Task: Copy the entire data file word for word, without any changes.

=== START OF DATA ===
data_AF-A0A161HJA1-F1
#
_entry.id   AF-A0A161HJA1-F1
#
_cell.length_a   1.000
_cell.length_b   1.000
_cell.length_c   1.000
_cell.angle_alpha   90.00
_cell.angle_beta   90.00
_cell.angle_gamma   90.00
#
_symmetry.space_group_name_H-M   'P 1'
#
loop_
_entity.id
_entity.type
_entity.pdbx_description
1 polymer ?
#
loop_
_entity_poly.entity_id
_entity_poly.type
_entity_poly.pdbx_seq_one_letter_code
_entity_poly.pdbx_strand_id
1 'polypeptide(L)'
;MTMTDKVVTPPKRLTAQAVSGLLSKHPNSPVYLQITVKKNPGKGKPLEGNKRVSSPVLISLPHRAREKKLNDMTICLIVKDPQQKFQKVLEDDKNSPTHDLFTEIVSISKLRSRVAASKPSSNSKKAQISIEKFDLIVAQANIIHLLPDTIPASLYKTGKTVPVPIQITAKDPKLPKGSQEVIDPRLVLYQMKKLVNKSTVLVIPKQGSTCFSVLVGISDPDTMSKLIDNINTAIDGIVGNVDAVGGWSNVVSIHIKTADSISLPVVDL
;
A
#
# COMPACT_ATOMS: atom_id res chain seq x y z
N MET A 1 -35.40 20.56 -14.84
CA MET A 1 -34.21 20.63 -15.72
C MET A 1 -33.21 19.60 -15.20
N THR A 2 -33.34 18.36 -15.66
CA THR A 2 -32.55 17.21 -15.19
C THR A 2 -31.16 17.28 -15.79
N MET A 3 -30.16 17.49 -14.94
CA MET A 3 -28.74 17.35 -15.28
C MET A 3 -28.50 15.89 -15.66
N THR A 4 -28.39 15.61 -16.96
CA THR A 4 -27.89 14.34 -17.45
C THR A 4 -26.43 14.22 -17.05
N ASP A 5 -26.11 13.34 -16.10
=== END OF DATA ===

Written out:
data_AF-A0A161HJA1-F1
#
_entry.id   AF-A0A161HJA1-F1
#
_cell.length_a   1.000
_cell.length_b   1.000
_cell.length_c   1.000
_cell.angle_alpha   90.00
_cell.angle_beta   90.00
_cell.angle_gamma   90.00
#
_symmetry.space_group_name_H-M   'P 1'
#
loop_
_entity.id
_entity.type
_entity.pdbx_description
1 polymer ?
#
loop_
_entity_poly.entity_id
_entity_poly.type
_entity_poly.pdbx_seq_one_letter_code
_entity_poly.pdbx_strand_id
1 'polypeptide(L)'
;MTMTDKVVTPPKRLTAQAVSGLLSKHPNSPVYLQITVKKNPGKGKPLEGNKRVSSPVLISLPHRAREKKLNDMTICLIVKDPQQKFQKVLEDDKNSPTHDLFTEIVSISKLRSRVAASKPSSNSKKAQISIEKFDLIVAQANIIHLLPDTIPASLYKTGKTVPVPIQITAKDPKLPKGSQEVIDPRLVLYQMKKLVNKSTVLVIPKQGSTCFSVLVGISDPDTMSKLIDNINTAIDGIVGNVDAVGGWSNVVSIHIKTADSISLPVVDL
;
A
#
# COMPACT_ATOMS: atom_id res chain seq x y z
N MET A 1 -35.40 20.56 -14.84
CA MET A 1 -34.21 20.63 -15.72
C MET A 1 -33.21 19.60 -15.20
N THR A 2 -33.34 18.36 -15.66
CA THR A 2 -32.55 17.21 -15.19
C THR A 2 -31.16 17.28 -15.79
N MET A 3 -30.16 17.49 -14.94
CA MET A 3 -28.74 17.35 -15.28
C MET A 3 -28.50 15.89 -15.66
N THR A 4 -28.39 15.61 -16.96
CA THR A 4 -27.89 14.34 -17.45
C THR A 4 -26.43 14.22 -17.05
N ASP A 5 -26.11 13.34 -16.10